Less is more is not an expression commonly associated with cancer treatment. In fact, when facing a cancer diagnosis, many people believe the opposite: doctors should not only do more, but do everything in their power to eradicate their patients’ cancer. But aggressive treatment often leads to challenging side effects – both short- and long-term – that can make life difficult. And researchers are learning that not all patients with cancer need the same level, or even the same type, of treatment. Some patients, especially those with early-stage cancers, may respond just as well to less treatment – which in turn reduces their risk of side effects.
As cancer medicine improves and becomes more advanced, researchers now want to tailor therapy to individuals, rather than using a one-size-fits-all approach. For some patients, this may mean de-escalating treatment, or reducing its intensity. Importantly, though, de-escalation does not mean reducing cure rates or how well patients respond.
Below, Gabrielle Rocque, MD (pictured), a medical oncologist at the University of Alabama at Birmingham Cancer Center, shares her expertise regarding treatment de-escalation and why it is an important concept to study in cancer clinical trials.
What does de-escalation, or de-intensification, mean when talking about cancer treatment?
De-escalation is an effort to reduce the intensity of treatment without sacrificing efficacy. Cancer researchers have developed therapies over time with an approach that, in general, adds additional treatments each time. However, some of those new treatments come at the cost of side effects for patients. In order to get the right therapies to the right patients, we have to be able to understand how we can safely and effectively both add treatments and take them away. Ultimately, we want to find the best approach for treating a patient for their specific cancer.
Can de-escalation also be described as “optimizing” treatment?
The concepts of both optimization and personalization are often tied to de-escalation. In most cases, we are using some type of data – whether that is the patient’s initial response to treatment, the stage of their cancer, or something simple like their age – to help determine if the benefit of reducing or removing a treatment may outweigh the potential risk. Generally, patients considered for de-escalation studies already have an excellent prognosis, and the most likely outcome is that they will do exceptionally well.
What are some of the challenges that arise when talking about de-escalation?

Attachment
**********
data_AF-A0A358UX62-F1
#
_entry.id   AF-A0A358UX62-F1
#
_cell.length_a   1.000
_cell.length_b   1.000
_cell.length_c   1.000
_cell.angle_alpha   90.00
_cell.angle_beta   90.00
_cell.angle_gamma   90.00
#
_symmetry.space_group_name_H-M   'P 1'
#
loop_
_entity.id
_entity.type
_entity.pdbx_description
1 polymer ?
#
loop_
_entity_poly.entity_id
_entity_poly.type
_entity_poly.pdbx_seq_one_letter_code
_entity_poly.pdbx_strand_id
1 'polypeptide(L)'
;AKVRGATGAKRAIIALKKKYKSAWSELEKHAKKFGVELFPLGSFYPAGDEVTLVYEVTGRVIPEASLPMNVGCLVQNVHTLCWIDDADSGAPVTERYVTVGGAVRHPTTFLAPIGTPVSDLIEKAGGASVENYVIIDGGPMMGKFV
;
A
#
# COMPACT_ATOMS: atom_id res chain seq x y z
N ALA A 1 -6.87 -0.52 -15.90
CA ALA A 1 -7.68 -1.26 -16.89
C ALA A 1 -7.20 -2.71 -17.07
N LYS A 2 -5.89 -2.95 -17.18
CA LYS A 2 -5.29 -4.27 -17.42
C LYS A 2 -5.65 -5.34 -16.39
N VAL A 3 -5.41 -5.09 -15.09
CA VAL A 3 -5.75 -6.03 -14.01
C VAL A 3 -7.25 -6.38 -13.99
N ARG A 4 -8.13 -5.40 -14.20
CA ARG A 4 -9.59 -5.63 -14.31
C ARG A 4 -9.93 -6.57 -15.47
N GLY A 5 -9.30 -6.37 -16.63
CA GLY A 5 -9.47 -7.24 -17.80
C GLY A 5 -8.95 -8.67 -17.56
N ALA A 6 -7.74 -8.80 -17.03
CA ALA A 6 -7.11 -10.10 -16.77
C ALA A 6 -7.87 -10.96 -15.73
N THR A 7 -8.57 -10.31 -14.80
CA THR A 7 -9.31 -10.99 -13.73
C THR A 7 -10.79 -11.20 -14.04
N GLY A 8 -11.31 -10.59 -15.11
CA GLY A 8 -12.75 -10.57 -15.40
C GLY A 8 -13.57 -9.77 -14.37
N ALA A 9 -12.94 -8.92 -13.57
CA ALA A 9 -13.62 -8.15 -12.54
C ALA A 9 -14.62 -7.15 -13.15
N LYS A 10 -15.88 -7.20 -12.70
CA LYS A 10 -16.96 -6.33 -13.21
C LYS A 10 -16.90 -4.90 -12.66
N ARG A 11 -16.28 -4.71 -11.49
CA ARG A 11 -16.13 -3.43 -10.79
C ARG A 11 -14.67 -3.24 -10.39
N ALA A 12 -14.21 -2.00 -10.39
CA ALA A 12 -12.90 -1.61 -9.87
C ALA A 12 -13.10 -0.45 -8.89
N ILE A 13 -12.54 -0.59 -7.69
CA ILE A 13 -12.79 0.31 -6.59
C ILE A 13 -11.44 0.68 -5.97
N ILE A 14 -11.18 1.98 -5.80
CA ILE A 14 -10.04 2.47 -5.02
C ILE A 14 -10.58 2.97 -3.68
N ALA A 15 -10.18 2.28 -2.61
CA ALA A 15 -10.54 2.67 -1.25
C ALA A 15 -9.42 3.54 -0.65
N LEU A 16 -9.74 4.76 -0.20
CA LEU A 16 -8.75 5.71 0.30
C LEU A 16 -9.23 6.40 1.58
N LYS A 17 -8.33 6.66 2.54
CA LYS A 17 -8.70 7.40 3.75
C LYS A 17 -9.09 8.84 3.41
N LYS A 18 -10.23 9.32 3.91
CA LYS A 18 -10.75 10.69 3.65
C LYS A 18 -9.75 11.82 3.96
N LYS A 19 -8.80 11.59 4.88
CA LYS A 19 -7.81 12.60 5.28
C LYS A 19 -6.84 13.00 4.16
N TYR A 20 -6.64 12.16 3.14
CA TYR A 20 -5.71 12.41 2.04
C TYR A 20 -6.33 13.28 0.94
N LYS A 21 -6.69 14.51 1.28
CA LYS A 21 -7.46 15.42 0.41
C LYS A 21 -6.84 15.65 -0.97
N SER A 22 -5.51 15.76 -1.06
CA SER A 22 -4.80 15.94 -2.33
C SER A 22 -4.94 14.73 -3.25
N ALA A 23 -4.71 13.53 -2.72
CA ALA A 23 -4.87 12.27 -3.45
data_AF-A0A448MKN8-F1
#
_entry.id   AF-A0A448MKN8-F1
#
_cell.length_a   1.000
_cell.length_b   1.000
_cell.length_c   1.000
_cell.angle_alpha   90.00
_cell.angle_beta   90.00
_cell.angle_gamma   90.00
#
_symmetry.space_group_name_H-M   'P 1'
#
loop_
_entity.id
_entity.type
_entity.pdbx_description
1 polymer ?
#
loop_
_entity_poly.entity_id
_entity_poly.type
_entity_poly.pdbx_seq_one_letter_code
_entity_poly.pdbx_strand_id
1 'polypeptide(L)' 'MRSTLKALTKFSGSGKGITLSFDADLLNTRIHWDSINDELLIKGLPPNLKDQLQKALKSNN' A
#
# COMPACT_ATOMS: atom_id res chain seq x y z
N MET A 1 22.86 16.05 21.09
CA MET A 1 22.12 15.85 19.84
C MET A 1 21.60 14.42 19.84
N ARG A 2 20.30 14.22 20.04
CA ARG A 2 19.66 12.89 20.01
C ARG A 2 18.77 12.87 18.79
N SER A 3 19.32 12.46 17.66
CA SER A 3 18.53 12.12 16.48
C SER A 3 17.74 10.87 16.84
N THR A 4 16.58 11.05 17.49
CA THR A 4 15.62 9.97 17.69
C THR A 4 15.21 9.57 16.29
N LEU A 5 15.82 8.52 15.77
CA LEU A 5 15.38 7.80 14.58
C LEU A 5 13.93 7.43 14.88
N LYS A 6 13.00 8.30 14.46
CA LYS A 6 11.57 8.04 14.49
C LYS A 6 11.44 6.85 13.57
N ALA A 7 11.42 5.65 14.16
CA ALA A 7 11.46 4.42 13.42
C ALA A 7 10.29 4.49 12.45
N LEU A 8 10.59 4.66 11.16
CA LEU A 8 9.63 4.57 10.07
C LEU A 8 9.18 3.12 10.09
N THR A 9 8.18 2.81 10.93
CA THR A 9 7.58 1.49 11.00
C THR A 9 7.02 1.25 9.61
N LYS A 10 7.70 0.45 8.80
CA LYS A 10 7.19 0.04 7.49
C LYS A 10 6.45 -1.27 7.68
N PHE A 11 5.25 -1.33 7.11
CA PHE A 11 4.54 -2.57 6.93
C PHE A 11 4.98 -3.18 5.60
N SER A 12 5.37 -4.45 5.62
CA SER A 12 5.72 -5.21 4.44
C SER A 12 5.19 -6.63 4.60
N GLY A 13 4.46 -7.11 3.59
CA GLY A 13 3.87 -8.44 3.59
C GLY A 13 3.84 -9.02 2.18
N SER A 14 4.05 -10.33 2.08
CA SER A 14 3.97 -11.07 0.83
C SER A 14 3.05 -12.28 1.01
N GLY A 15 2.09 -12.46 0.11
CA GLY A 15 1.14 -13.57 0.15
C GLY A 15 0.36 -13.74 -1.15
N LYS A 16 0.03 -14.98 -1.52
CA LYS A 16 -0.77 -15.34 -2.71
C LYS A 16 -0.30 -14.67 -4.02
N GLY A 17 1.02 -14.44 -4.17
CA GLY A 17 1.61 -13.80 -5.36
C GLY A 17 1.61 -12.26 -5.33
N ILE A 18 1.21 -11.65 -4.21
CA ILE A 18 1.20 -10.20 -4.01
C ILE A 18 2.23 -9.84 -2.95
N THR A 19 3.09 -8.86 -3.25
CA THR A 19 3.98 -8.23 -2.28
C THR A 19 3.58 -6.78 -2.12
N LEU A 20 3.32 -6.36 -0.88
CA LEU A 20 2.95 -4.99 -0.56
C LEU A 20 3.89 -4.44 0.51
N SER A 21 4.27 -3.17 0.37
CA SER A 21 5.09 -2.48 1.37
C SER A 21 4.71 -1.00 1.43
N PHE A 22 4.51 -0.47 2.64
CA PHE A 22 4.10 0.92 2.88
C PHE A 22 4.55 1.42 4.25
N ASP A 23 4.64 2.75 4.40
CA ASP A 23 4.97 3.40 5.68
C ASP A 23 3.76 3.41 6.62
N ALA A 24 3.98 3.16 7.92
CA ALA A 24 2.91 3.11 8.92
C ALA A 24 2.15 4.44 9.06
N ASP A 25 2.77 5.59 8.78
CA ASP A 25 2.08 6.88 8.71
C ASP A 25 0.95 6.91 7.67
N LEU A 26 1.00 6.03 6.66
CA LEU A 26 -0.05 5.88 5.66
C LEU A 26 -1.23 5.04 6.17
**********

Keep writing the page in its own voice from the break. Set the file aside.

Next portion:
De-escalation has a number of challenges. One is that patients have a fear of cancer, so for many people the idea of not doing the absolute maximum amount of treatment makes them uncomfortable, because they are worried about their cancer coming back. Another issue is that this type of work represents a paradigm shift. Historically, the conversation with patients has been, “We are going to add this additional treatment to try and do better.” That is an easy concept for people to embrace.
The conversation is different when you are looking at de-escalation. It requires more explanation on the part of the clinical team, to review the background behind the usual treatment approach and talk through why we want to reduce treatment. I think the “why” is very important to patients – it helps them fully appreciate that these efforts are in their best interest.
Why is it important to study de-escalation in cancer clinical trials?
At the end of the day, we would love to get to a point where we can see a patient and, based on who they are, their medical history, and their specific cancer, provide the ideal treatment that will result in the fewest side effects and the best outcome. In order to get to that point – where we have a truly personalized, individualized approach – we need to learn when it is safe to scale back treatment. Otherwise, we will never find the best strategy for each individual patient.
This work does need to be done in the clinical trial setting, though. De-escalation is something we need to study – physicians cannot just start giving less intense treatment without rigorous testing. Patients are monitored very closely when they participate in clinical trials, so if a less intensive approach does not work for them, they often can go on to receive more treatment.
This issue of Considering Clinical Trials highlights several ECOG-ACRIN de-escalation studies – including DECREASE (anal cancer), CompassHER2 pCR (breast cancer), and E3311 (throat cancer) – and explores how they may lead to improvements in patient care.